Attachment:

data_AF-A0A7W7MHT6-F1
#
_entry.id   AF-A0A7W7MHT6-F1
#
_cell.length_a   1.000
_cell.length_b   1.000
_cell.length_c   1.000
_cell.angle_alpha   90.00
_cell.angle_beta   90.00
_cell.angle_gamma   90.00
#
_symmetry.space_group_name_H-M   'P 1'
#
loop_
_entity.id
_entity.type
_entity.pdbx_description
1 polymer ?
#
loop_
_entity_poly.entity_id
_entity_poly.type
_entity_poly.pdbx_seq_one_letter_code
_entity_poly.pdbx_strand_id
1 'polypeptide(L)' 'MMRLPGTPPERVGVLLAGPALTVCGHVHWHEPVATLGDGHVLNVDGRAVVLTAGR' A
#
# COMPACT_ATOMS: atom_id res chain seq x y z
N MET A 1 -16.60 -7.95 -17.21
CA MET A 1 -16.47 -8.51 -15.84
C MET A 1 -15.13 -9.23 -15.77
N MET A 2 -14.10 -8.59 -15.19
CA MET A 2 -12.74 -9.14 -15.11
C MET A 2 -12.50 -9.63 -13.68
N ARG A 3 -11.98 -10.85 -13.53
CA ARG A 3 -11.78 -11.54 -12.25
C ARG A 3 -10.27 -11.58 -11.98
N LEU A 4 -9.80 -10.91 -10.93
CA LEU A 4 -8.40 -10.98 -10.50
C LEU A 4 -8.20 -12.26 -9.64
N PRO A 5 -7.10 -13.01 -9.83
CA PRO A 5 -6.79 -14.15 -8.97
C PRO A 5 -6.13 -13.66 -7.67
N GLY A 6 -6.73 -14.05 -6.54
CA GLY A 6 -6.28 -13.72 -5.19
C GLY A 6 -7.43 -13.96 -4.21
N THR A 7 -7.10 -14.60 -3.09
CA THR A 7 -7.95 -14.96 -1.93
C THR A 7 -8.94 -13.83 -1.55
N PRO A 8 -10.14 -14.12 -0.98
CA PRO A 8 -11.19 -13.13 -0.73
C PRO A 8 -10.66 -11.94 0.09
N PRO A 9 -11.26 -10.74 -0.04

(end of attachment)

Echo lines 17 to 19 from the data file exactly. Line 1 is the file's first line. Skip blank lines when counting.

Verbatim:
_entity.pdbx_description
1 polymer ?
#